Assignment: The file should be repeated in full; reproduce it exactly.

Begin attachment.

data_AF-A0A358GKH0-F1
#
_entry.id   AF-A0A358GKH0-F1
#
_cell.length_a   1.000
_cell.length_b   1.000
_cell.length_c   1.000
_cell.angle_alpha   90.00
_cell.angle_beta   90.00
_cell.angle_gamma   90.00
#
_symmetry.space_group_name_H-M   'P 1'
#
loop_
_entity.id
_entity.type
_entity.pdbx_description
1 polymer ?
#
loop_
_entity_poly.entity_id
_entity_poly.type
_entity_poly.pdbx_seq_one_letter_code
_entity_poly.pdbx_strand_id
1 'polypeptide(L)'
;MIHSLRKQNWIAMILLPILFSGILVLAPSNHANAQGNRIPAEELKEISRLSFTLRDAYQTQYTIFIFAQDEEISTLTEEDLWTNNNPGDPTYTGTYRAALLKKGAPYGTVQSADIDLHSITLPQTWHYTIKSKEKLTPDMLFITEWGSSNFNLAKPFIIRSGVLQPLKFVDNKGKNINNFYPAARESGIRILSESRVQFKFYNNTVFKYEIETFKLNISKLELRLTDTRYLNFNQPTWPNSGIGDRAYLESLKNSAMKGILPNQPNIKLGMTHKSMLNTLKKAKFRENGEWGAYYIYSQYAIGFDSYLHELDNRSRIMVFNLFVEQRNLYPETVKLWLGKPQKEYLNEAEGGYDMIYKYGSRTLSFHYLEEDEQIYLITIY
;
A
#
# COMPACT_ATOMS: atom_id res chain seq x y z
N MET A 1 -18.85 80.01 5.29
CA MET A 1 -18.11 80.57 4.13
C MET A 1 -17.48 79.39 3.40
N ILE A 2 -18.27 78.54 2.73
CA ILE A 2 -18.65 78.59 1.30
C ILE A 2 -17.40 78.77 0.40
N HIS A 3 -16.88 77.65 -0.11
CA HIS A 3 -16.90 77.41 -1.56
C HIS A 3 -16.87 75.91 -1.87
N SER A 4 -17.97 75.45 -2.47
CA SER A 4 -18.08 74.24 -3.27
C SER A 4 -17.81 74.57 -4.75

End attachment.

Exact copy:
data_AF-A0A358GKH0-F1
#
_entry.id   AF-A0A358GKH0-F1
#
_cell.length_a   1.000
_cell.length_b   1.000
_cell.length_c   1.000
_cell.angle_alpha   90.00
_cell.angle_beta   90.00
_cell.angle_gamma   90.00
#
_symmetry.space_group_name_H-M   'P 1'
#
loop_
_entity.id
_entity.type
_entity.pdbx_description
1 polymer ?
#
loop_
_entity_poly.entity_id
_entity_poly.type
_entity_poly.pdbx_seq_one_letter_code
_entity_poly.pdbx_strand_id
1 'polypeptide(L)'
;MIHSLRKQNWIAMILLPILFSGILVLAPSNHANAQGNRIPAEELKEISRLSFTLRDAYQTQYTIFIFAQDEEISTLTEEDLWTNNNPGDPTYTGTYRAALLKKGAPYGTVQSADIDLHSITLPQTWHYTIKSKEKLTPDMLFITEWGSSNFNLAKPFIIRSGVLQPLKFVDNKGKNINNFYPAARESGIRILSESRVQFKFYNNTVFKYEIETFKLNISKLELRLTDTRYLNFNQPTWPNSGIGDRAYLESLKNSAMKGILPNQPNIKLGMTHKSMLNTLKKAKFRENGEWGAYYIYSQYAIGFDSYLHELDNRSRIMVFNLFVEQRNLYPETVKLWLGKPQKEYLNEAEGGYDMIYKYGSRTLSFHYLEEDEQIYLITIY
;
A
#
# COMPACT_ATOMS: atom_id res chain seq x y z
N MET A 1 -18.85 80.01 5.29
CA MET A 1 -18.11 80.57 4.13
C MET A 1 -17.48 79.39 3.40
N ILE A 2 -18.27 78.54 2.73
CA ILE A 2 -18.65 78.59 1.30
C ILE A 2 -17.40 78.77 0.40
N HIS A 3 -16.88 77.65 -0.11
CA HIS A 3 -16.90 77.41 -1.56
C HIS A 3 -16.87 75.91 -1.87
N SER A 4 -17.97 75.45 -2.47
CA SER A 4 -18.08 74.24 -3.27
C SER A 4 -17.81 74.57 -4.75